Date of Award

Spring 2016

Degree Name

Master of Arts


Public Policy

First Advisor

Barry Feldman


Mass public transportation has quickly become one of the hot topic issues throughout the country. Connecticut in particular has made significant investments in public transit and hopes to create a modern public transit system over the next two decades.

As part of the investment in public transit, there has also been significant investment in development planning around these newly created transit hubs. The development of the land around these hubs is oftentimes referred to as transit-oriented development (TOD). Rooted in TOD are principles of "new urbanism," an attempt to make places safer, walkable, and esthetically pleasing. In addition, TOD has become a strategy to increase economic development and enhance quality of life. There has been a significant uptick in the amount of investment in light rail and bus-rapid transit in various regions across the United States. We are seeing this play out with the significant investment in the CTfastrak bus-rapid transit system in central Connecticut.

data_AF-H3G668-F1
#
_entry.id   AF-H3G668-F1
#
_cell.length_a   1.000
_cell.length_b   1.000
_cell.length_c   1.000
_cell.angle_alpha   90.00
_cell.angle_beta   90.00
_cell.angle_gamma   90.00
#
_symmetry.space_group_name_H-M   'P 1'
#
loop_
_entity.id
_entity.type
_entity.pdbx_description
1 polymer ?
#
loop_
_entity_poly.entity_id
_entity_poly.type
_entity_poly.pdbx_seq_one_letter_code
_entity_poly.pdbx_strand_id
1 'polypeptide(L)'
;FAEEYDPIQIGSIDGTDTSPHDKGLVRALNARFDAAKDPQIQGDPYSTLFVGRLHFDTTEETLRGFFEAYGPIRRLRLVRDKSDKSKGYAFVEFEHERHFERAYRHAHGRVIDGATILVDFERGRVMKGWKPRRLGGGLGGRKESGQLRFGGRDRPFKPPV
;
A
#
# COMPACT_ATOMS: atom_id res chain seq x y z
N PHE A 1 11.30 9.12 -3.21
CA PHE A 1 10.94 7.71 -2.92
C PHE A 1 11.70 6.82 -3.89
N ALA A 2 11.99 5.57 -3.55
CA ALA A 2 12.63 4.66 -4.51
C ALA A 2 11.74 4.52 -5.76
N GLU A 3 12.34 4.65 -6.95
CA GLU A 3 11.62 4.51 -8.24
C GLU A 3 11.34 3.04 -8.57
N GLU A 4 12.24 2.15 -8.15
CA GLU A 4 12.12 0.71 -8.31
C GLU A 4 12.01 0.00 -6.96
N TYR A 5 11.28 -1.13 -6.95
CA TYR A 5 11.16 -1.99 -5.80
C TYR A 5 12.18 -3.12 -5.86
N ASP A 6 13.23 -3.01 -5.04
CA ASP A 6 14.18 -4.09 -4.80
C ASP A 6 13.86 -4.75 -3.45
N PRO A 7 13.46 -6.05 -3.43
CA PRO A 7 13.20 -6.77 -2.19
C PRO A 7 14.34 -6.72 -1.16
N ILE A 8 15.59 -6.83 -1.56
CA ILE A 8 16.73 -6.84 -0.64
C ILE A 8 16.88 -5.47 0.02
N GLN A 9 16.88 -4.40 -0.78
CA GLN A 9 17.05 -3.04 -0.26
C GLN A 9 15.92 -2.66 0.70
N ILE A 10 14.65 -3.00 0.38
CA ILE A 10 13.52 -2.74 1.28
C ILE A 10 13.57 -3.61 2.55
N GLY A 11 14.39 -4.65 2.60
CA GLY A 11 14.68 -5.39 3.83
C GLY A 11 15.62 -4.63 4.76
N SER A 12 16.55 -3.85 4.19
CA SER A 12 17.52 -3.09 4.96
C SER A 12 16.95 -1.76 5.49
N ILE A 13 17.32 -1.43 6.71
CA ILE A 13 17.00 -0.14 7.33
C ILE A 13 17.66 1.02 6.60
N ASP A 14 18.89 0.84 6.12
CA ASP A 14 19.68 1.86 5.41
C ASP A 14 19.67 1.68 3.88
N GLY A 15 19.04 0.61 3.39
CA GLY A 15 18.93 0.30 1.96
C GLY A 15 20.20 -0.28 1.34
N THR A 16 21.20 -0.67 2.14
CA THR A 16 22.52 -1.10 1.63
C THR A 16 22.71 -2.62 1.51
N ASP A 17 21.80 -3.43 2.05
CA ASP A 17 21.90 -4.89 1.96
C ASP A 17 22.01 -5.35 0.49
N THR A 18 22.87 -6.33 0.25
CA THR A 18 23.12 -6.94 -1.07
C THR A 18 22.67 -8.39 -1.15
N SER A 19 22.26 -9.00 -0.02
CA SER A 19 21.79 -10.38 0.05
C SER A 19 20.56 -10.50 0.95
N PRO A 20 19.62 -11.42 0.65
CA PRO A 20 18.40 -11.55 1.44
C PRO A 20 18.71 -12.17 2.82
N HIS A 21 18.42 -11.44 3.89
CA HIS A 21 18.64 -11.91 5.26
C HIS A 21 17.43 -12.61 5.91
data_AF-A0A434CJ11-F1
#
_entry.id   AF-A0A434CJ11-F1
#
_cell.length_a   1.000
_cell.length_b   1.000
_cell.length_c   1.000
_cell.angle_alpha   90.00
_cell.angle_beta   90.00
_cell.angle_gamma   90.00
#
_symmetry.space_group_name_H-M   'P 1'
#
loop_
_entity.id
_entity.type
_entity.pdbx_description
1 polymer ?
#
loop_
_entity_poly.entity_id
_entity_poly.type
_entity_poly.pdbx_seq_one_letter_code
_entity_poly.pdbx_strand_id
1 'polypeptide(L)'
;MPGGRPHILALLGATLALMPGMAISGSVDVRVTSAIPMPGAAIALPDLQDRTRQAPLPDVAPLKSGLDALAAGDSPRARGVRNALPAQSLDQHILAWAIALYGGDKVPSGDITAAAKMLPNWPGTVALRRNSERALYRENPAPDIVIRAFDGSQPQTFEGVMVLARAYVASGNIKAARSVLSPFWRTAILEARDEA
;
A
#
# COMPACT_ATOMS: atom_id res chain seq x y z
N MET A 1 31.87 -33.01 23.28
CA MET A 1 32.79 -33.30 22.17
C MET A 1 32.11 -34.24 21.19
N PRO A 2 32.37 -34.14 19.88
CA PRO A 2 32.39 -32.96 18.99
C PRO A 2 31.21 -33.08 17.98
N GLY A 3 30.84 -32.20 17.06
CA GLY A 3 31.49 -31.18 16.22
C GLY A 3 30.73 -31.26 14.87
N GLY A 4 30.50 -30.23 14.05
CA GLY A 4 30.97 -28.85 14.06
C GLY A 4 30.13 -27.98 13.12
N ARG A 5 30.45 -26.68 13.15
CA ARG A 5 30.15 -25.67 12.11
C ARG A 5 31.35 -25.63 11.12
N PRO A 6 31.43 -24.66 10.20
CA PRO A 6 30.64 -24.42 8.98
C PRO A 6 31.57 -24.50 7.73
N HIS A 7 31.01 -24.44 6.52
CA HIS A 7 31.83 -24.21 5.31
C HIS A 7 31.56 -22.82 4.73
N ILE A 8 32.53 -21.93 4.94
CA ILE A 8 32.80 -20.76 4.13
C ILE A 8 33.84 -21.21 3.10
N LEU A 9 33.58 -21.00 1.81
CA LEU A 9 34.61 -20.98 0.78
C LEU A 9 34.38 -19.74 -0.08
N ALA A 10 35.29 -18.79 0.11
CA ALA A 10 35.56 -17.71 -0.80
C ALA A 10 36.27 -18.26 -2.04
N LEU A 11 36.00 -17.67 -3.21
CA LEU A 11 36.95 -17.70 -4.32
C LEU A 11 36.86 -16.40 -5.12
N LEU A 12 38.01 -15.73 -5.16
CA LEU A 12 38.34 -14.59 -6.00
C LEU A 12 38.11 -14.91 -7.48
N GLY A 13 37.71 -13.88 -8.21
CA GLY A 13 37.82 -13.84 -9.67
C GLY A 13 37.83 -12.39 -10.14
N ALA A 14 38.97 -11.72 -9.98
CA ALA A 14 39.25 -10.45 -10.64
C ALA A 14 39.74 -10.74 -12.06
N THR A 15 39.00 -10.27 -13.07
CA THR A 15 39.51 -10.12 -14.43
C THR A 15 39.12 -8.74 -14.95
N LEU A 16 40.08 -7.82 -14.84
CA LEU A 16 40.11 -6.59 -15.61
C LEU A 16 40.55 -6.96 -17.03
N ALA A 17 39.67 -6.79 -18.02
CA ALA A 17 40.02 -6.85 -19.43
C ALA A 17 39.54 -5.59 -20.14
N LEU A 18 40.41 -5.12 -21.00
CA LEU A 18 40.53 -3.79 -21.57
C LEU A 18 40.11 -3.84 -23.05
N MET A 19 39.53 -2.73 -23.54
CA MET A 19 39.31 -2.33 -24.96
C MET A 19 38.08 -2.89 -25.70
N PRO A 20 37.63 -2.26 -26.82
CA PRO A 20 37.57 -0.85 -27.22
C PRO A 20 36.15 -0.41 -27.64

This paper explores the theory around transit-oriented development as a economic development tool. The focus of the research is primarily on the initial impact of such investment in a weak real-estate market.


Master's Thesis completed at Trinity College, Hartford, CT, for the degree of Master of Arts in Public Policy.